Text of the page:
Canada: Rights Of Commercial Tenants Protected In Québec In Enforcement Proceedings Against The Lessor

The Québec Court of Appeal has reiterated the objective of the protection of tenants' rights and the stability of commercial leases with a fixed term in the case of the exercise of hypothecary rights of a secured creditor against immovable/real property.

What is the fate of a commercial lease once a secured creditor exercises its recourses and remedies pursuant to its security against the immovable/real property that is the object of the lease? The answer varies depending on whether common law or civil law applies to the lease.

At common law, if a commercial lease is entered into after the registration of a mortgage against the leased immovable/real property, the secured creditor has the right to evict the tenant after the mortgage has been enforced upon default. On the other hand, the commercial lease will have priority if it has been entered into before the registration of the mortgage on the leased immovable/real property, unless a subordination clause is agreed to by the tenant.  Such a clause has the effect of subordinating the commercial lease to the mortgage registered against the leased property in favour of the secured creditor and, thus, of ensuring that the secured creditor will be allowed to terminate the lease in the event that it elects to enforce its mortgage1.

In Québec, the Court of Appeal has recently confirmed in Urscheler2, the interpretation that has been given by the Court of Appeal to sections 1886 and 1887 of the Civil Code of Québec (hereinafter "C.C.Q.") in Pinkerton 3and that has prevailed since 2004 in connection with the termination/resiliation of an immovable commercial lease with a fixed term under civil law.

The general principle under civil law is that the voluntary or forced alienation of a leased property or extinction of the lessor's title for any other reason does not terminate the lease by operation of law4. However, there are a few exceptions to this general principle. With respect to commercial leases with an indeterminate term, the new landlord may terminate/resiliate the lease in accordance with the provisions of the C.C.Q. and with respect to commercial leases with a fixed term, the new landlord can only terminate/resiliate the lease in certain specific circumstances. If more than 12 months remain from the date of alienation or extinction of title of the real/immovable property, the new landlord may terminate/resiliate the lease upon expiry of the 12 months by giving the tenant a written notice of 6 months. However, the new landlord may not terminate/resiliate the lease if the lease was registered at the land registry office before the "act of alienation or the act by which the title is extinguished was so registered".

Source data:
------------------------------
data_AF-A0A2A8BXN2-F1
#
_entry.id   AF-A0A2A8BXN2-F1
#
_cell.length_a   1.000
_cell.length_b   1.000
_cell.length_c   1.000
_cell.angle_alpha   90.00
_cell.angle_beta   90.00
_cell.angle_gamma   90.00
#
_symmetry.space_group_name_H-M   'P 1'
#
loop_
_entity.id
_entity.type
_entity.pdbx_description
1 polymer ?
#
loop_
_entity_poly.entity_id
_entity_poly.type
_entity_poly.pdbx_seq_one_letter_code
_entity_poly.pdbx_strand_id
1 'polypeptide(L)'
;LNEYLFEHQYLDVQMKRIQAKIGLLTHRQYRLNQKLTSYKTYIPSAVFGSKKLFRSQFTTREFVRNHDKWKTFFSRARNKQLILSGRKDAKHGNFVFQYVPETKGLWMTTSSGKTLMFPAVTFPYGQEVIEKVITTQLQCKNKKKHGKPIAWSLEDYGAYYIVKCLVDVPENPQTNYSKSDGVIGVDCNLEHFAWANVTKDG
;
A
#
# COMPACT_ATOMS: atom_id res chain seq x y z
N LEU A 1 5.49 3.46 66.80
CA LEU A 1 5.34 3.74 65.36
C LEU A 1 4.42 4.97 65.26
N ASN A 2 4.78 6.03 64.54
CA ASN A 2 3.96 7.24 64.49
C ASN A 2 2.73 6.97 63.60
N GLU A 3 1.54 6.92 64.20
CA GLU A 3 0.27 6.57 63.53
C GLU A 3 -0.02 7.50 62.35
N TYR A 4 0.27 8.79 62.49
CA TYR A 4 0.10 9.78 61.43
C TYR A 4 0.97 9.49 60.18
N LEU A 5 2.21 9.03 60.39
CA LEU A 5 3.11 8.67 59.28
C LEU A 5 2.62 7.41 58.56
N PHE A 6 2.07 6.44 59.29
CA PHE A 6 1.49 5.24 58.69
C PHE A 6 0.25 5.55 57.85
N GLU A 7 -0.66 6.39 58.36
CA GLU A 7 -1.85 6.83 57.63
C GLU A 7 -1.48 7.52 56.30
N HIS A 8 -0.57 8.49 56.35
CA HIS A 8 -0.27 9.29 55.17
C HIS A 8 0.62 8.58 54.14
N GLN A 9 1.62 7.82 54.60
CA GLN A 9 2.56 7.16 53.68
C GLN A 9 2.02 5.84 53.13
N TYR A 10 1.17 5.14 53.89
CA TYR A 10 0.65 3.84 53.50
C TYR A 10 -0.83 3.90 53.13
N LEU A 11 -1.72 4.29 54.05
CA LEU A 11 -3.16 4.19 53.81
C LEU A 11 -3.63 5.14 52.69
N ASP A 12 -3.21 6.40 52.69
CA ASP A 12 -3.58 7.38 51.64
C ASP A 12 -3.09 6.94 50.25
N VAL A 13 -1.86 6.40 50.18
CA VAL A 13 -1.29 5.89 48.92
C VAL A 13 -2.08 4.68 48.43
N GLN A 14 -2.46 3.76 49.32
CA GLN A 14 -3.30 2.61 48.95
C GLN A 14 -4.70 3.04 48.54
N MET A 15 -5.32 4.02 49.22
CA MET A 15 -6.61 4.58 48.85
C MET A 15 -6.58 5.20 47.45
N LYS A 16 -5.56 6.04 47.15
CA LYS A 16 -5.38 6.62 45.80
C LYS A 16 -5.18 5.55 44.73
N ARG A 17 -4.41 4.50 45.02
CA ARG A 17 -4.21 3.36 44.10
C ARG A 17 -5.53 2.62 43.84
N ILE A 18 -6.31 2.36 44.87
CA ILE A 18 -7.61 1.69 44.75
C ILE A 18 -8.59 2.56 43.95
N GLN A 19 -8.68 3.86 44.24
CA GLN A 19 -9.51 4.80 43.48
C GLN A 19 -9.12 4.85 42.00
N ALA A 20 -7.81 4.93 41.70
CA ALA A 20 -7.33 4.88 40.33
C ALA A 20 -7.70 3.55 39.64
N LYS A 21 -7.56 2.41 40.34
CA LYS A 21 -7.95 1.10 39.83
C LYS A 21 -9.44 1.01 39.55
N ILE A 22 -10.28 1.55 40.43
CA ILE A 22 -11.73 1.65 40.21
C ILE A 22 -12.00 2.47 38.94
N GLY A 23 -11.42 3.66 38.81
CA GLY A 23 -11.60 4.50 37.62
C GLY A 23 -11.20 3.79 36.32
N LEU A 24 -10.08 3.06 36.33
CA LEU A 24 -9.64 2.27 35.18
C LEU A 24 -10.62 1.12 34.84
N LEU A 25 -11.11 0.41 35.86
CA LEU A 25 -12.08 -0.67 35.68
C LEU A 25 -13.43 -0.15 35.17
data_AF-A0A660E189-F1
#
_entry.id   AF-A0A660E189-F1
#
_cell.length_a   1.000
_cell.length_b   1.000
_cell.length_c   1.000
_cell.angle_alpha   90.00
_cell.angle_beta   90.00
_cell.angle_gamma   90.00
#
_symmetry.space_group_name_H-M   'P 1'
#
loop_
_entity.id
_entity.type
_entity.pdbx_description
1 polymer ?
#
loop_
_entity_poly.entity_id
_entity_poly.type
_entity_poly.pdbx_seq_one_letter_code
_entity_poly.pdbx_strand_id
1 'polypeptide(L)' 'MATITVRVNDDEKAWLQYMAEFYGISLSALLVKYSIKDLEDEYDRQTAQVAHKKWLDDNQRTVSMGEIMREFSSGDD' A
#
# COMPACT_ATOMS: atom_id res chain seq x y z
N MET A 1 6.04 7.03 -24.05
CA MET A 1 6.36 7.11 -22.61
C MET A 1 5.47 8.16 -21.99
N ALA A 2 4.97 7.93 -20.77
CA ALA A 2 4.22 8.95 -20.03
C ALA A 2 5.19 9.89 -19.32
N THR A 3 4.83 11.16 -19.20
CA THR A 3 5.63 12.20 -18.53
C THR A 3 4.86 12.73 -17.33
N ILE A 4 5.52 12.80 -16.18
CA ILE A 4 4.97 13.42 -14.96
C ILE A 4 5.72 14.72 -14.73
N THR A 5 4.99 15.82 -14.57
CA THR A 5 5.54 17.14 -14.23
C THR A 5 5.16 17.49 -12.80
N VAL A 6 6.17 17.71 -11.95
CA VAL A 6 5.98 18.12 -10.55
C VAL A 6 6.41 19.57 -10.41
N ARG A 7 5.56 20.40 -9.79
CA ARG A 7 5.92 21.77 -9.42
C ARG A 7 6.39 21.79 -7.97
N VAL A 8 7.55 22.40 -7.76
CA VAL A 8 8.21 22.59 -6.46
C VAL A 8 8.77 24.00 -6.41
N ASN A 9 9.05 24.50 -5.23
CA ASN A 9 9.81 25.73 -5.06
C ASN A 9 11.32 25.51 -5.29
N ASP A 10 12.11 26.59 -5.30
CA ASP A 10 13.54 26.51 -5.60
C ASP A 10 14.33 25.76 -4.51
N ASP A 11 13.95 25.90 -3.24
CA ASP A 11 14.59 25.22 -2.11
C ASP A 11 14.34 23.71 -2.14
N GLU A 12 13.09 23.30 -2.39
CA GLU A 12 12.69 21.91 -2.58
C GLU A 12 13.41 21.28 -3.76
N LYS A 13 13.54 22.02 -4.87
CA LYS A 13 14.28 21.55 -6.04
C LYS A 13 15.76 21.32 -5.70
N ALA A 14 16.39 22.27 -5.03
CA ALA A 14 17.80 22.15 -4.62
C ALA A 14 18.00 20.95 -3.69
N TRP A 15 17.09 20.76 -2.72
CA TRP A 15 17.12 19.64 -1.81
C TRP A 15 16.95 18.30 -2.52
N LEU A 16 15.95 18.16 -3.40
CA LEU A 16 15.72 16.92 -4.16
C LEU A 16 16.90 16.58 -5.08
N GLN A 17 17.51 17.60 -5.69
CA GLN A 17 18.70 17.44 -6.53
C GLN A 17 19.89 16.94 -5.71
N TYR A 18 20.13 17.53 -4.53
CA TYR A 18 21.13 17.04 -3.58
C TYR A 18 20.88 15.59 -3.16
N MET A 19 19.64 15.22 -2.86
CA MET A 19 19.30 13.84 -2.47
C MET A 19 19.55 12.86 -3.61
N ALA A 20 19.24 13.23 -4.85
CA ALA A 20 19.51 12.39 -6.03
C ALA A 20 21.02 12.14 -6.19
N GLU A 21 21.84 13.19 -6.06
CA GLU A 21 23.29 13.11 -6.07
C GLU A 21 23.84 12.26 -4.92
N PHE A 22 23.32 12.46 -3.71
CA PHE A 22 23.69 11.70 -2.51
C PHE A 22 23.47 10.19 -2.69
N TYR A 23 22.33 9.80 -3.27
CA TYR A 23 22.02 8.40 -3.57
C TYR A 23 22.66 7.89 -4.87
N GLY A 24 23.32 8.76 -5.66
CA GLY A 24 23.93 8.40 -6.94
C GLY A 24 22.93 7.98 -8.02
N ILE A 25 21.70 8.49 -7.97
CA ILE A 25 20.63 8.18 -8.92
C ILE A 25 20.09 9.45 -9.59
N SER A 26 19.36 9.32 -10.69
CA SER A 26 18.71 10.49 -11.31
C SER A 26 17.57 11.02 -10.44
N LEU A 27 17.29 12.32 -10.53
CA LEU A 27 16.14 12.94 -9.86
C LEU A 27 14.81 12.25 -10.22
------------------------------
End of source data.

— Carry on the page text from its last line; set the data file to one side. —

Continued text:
What constitutes an "act of alienation or the act by which the title is extinguished was so registered"? The Québec Court of Appeal in Urscheler reiterated that the exercise of hypothecary rights5, with the exception made for taking possession for purposes of administration, is considered a "forced alienation" under section 1886 C.C.Q. and not merely a forced sale, since the concept of alienation is much larger than the concept of sale. Therefore, the act by which the landlord's title is extinguished under section 1887 C.C.Q. is the prior notice of the exercise of a hypothecary right.  In other words, the new landlord who takes possession of a leased property is bound by any lease that has been published/registered before the publication/registration of the prior notice of the exercise of a hypothecary right following which it has acquired the title of the real/immovable property.

Although it may seem that this principle is prejudicial to secured creditors, the Québec Court of Appeal confirms that the principle established in the Pinkerton decision does not contravene the principle of the conservation of rights of secured creditors. This is due to the fact that the protection of tenants leads to the stabilization of commercial leases, therefore increasing the value of the financed real/immovable property.

In light of the Court of Appeal decision, how should secured creditors protect their interests in Québec when taking over a lease? Since the determining date for priority is the date of registration/publication of the prior notice of the exercise of a hypothecary right, secured creditors should ensure that no lease has been registered between the date of registration of the mortgage and the date of registration of the prior notice. The secured creditor may, however, still request the judicial termination of the lease, provided it proves the unreasonableness of the provisions of the lease and its debtor's intent to defraud.


1 Id., p. 25.

2 Financement agricole Canada v. Urscheler 2013 QCCA 2086 [Urscheler]

3 Compagnie Trust Royal v. Pinkerton Flowers Limited [2004] R.J.Q. 1148 (C.A.) [Pinkerton]

4 Article 1886 C.C.Q.

5 There are 4 hypothecary recourses under the C.C.Q. namely, taking possession for purposes of administration, taking in payment, sale by the secured creditor and sale by judicial authority.

The content of this article is intended to provide a general guide to the subject matter. Specialist advice should be sought about your specific circumstances.

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